I expressed shocked surprise that Clark Field would have been directly involved in operation of this kind and asked whether he had specific evidence. Prime Minister replied that he had reports of observers from Indonesian Embassy Manila. I indicated this was hard for me to believe but I would transmit allegations to my Government.

Prime Minister continued by making strong appeal for action by US Government to halt bombings and further aid to rebels. He hoped Secretary could say something to indicate US intention to do what it could. This he said would help immeasurably to clear air and enable those within government who were endeavoring pour oil on troubled waters to continue this course. Further bombings would provide Communists with such leverage that it would be impossible for non-Communists and friends of America to hold line.

At this point I pulled out of my pocket paraphrase of Deptel 3184 which I had received shortly before leaving chancery and said I had some news for them which was responsive to Foreign Minister’s earlier appeal this subject. After I had finished reading substance of reftel Prime Minister nodding appreciatively said that more threatening area at moment seemed to be build-up at Clark Field in Manila and he hoped that something could be done about this.

[Page 141]

Prime Minister repeated very earnestly that he felt future of US-Indonesian relationships depended on US responsiveness to his appeal. He indicated America’s friendship was so important to Indonesia that he was willing to overlook American past participation but he pleaded for hands-off in future and let Indonesians settle their own internal conflicts.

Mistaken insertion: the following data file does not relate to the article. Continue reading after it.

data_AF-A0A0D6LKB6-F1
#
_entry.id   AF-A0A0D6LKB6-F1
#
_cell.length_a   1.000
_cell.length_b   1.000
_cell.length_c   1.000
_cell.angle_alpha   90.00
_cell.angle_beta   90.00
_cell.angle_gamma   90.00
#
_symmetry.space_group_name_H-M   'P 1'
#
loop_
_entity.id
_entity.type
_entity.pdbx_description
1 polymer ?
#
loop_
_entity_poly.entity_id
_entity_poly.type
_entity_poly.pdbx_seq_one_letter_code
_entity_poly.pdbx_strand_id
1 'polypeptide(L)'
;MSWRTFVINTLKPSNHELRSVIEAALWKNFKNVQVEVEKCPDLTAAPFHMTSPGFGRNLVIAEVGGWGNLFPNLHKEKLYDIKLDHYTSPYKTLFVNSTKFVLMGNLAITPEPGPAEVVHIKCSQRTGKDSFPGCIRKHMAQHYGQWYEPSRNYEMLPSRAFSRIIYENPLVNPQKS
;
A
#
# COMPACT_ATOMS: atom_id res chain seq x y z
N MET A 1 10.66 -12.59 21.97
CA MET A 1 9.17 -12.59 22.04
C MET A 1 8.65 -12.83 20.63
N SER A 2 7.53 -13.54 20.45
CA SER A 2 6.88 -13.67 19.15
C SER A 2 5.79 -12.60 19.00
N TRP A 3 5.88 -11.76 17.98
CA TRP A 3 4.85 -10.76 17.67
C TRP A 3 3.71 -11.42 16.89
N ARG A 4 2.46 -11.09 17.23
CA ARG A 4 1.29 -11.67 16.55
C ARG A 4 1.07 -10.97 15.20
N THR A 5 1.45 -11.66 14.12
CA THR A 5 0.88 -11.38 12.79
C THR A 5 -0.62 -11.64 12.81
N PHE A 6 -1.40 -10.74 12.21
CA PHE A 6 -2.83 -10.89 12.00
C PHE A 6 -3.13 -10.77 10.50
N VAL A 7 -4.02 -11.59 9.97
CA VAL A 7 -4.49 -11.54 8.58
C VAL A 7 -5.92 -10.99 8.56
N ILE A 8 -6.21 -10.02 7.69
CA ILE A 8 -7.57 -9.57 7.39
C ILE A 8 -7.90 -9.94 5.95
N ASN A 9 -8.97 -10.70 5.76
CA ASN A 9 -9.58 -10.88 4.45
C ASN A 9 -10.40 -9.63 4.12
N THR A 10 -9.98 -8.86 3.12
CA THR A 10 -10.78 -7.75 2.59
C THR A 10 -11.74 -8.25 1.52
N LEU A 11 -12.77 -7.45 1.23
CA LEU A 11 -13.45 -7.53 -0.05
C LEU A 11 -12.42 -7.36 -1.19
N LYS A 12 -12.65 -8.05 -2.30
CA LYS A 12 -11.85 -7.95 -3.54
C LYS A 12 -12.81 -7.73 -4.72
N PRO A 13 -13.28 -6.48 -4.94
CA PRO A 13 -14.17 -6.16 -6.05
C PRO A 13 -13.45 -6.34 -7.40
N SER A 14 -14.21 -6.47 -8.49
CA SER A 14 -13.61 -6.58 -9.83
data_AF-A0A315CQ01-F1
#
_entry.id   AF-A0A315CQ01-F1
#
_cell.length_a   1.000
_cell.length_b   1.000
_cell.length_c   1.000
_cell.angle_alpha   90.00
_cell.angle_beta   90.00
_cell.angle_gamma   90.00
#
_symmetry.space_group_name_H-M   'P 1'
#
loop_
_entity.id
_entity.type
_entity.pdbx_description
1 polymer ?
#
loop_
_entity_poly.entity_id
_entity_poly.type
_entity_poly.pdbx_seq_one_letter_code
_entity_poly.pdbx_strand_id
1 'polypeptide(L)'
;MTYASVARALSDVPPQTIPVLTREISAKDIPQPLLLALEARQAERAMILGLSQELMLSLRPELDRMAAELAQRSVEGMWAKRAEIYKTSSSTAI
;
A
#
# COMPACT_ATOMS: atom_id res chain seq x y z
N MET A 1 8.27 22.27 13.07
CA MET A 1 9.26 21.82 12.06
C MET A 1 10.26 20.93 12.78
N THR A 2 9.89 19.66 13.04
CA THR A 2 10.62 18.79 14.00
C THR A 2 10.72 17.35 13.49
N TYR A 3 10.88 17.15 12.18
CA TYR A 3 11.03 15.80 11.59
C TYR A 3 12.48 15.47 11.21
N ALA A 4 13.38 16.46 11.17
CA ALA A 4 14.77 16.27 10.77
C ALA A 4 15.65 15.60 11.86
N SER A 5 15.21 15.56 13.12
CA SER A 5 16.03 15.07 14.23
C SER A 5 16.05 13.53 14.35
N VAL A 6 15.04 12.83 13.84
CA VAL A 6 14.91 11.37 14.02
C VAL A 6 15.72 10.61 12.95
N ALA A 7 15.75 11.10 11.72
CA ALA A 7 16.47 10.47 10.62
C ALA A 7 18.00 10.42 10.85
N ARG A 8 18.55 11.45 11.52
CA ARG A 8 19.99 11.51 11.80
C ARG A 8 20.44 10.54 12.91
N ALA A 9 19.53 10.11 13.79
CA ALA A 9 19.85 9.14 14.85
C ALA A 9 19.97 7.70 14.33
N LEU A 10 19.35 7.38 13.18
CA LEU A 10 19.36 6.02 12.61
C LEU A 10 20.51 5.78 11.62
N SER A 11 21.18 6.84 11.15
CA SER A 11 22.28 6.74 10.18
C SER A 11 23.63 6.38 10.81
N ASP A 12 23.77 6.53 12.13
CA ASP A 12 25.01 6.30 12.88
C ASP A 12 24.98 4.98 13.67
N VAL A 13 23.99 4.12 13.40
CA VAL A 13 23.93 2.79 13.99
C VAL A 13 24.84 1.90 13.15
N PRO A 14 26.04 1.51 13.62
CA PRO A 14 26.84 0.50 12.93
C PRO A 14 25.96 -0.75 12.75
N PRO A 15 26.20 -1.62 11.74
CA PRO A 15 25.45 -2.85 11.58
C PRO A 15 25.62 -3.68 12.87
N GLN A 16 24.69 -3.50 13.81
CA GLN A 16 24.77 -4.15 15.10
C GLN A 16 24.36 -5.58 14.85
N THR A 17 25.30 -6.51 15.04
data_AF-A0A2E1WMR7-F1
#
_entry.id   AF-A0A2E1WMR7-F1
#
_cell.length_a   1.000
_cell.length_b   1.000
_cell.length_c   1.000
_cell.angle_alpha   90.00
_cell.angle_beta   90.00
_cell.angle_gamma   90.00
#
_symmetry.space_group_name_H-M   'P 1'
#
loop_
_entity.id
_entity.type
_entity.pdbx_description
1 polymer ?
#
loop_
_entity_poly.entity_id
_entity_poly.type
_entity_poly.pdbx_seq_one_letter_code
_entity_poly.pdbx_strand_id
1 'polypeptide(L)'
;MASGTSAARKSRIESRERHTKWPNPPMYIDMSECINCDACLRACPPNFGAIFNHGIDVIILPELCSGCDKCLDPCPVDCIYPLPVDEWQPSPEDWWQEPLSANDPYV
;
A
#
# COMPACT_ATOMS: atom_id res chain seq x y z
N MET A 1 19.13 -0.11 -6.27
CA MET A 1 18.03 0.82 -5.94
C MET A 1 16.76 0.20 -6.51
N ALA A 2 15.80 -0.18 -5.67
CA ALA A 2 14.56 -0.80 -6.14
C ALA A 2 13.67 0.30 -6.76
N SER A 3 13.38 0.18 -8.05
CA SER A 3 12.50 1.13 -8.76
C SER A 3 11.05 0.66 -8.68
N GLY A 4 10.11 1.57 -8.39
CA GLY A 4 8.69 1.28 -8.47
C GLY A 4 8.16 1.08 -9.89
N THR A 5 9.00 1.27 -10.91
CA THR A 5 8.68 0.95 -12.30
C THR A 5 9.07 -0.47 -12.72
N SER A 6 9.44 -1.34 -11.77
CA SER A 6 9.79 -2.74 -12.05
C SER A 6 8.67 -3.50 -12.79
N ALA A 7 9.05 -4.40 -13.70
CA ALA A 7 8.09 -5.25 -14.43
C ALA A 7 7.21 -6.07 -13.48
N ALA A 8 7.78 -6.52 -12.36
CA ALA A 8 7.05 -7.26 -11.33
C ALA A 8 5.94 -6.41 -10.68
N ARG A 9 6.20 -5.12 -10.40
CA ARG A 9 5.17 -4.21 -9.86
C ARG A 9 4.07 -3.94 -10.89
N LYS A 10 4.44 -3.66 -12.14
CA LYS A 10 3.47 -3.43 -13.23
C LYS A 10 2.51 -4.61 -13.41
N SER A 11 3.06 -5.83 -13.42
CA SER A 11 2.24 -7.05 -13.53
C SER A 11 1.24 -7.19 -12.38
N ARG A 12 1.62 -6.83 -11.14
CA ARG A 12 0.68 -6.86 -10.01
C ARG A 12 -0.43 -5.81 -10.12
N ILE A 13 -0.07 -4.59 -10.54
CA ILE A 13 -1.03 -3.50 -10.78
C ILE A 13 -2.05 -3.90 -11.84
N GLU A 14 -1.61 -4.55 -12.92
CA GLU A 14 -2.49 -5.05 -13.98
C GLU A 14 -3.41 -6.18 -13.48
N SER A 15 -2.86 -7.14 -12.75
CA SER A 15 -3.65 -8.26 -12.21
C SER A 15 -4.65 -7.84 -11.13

Prime Minister concluded his comments by saying that he recognized this was very unusual procedure for him to make appeal of this character to Ambassador but that he felt he could do so on basis our personal friendship and that this was perhaps only way in which matter could be resolved.4

  1. Source: Department of State, Central Files, 756D.00/5–658. Top Secret; Niact; Limited Distribution. Transmitted in two sections.
  2. In telegram 3184, May 3, the Department informed Jones that he could tell Subandrio: “Our Ambassador in Taipei has been instructed to inform GRC of substance his charges that aircraft involved recent air raids came from Taiwan and were piloted by citizens GRC and his request that U.S. mediate with GRC in behalf Government Indonesia to prevent future assistance to Indonesian rebels.” (Ibid., 756D.00/5–358)
  3. Jones summarized this conversation with Djuanda in Indonesia: The Possible Dream, pp. 133–134.
  4. See footnote 4, Document 78.
  5. In telegram 4079 from Djakarta, May 6, the Embassy reported: “On basis several conversations at Parliament reception last night, Canadian Chargé today told Embassy officer he concluded widespread consensus members of Parliament is that air activity on rebels’ side would not be possible without at least tacit US approval. He believed this attitude indicative that US-Indonesian relations gravely jeopardized particularly since GOI had made no effort, as he thought it should, to draw distinction between official US policy and whatever action individual American adventurers might be involved in.” (Department of State, Central Files, 756D.00/5–658)